Bighorn Basin RMP Revision
Wind River/Bighorn Basin District
In 2008, the BLM published a "Notice of Intent" to revise the resource management plans for both the BLM Cody and BLM Worland field offices. This combined effort—the Bighorn Basin Resource Management Plan Revision Project—will result in a single RMP and supporting environmental impact statement (EIS). The RMP has been developed with a full range of public participation.
The Bighorn Basin Proposed RMP and Final EIS were released to the public on May 28, 2015, with the 30-day protest period beginning May 29. It is anticipated that the RMP will be approved and the record of decision will be signed in late summer, 2015.
The revised plan will provide future direction for approximately 3.2 million surface acres and 4.2 million acres of federal mineral estate in north-west Wyoming. The revised plan will establish goals and objectives for resource management; identify lands that are open or available for certain uses, including any restrictions and lands that are administratively unavailable to certain uses; provide comprehensive management direction for all resources and uses; and make broad scale decisions guiding future site-specific implementation decisions. The planning area includes part of Hot Springs County and all of Park, Washakie and Big Horn counties.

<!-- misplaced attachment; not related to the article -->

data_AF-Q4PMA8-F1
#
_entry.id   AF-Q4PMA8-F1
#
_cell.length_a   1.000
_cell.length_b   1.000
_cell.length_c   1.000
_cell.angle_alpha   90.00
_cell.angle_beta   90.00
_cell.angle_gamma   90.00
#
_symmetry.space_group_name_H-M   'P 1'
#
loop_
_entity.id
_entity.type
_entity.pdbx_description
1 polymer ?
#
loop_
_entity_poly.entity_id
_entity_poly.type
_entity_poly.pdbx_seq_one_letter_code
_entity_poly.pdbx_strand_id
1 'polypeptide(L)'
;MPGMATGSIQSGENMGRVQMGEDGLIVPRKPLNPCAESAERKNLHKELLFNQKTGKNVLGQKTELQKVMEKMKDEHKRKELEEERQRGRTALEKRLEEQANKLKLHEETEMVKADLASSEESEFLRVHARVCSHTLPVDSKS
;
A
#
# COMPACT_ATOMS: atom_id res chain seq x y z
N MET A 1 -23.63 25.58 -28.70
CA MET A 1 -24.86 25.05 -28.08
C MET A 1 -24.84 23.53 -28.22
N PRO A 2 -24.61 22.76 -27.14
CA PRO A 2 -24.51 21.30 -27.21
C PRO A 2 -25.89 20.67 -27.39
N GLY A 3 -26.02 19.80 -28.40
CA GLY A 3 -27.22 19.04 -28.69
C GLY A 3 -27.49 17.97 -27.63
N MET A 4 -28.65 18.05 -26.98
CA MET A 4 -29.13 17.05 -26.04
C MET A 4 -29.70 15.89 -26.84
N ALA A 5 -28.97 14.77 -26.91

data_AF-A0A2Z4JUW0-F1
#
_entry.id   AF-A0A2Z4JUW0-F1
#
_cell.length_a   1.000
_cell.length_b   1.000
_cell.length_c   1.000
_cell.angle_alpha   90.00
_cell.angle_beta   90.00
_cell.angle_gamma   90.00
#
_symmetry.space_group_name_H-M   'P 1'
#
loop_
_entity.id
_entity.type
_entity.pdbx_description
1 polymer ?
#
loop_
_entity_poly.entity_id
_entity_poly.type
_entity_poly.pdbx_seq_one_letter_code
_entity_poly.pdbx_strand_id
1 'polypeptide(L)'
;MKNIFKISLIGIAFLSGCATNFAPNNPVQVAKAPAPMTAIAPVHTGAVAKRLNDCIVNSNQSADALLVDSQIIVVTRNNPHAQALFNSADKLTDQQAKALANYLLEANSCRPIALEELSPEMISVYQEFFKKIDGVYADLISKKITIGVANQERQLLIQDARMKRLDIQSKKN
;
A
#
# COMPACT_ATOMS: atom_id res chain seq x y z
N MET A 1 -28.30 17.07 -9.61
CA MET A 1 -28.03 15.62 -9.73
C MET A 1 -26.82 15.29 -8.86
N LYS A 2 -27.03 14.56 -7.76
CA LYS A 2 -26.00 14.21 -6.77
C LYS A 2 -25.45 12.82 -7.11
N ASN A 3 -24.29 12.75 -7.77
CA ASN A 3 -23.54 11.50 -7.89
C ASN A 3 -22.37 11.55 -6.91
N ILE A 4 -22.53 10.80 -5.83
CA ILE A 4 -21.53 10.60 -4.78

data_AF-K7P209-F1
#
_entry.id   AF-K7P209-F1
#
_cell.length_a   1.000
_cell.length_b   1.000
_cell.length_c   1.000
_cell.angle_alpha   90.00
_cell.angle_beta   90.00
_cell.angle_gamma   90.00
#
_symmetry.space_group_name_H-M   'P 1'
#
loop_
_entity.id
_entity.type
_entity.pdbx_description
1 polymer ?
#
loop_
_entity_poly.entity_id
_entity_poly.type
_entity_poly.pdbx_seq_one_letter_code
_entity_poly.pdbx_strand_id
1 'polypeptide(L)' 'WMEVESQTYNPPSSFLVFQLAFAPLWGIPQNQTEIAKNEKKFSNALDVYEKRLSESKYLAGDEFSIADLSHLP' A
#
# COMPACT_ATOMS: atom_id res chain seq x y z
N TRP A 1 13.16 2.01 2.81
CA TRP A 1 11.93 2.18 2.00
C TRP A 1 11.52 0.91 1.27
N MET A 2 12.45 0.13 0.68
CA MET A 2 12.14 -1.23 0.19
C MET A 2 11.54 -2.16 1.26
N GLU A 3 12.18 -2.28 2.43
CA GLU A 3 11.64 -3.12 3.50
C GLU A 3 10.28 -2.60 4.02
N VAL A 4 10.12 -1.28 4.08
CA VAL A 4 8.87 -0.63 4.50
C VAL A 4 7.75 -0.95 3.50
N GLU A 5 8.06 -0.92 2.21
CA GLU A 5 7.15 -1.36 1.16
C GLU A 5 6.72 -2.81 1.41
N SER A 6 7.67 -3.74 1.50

Public lands within the field offices are currently managed according to three RMPs: the Washakie RMP (1988) and Grass Creek RMP (1998) for the Worland Field Office; and the Cody RMP (1990).
As part of the planning process, the BLM invited tribal, state, and local governments, as well as other federal agencies to serve as cooperating agencies in the preparation of the RMP. After signing a memorandum of understanding with the BLM, cooperators played a key role in developing the RMP and associated EIS. A complete list of cooperating agencies on the Bighorn Basin RMP is available on the Cooperating Agencies page.
When people, communities, and governments collaborate to identify common ground, share information, and listen to each other the planning process is more effective. Community specific input and comments were solicited throughout the RMP process and they helped shape the environmental analysis and inform the decision makers.
Additional information on collaboration and public outreach is available on the Document Library page.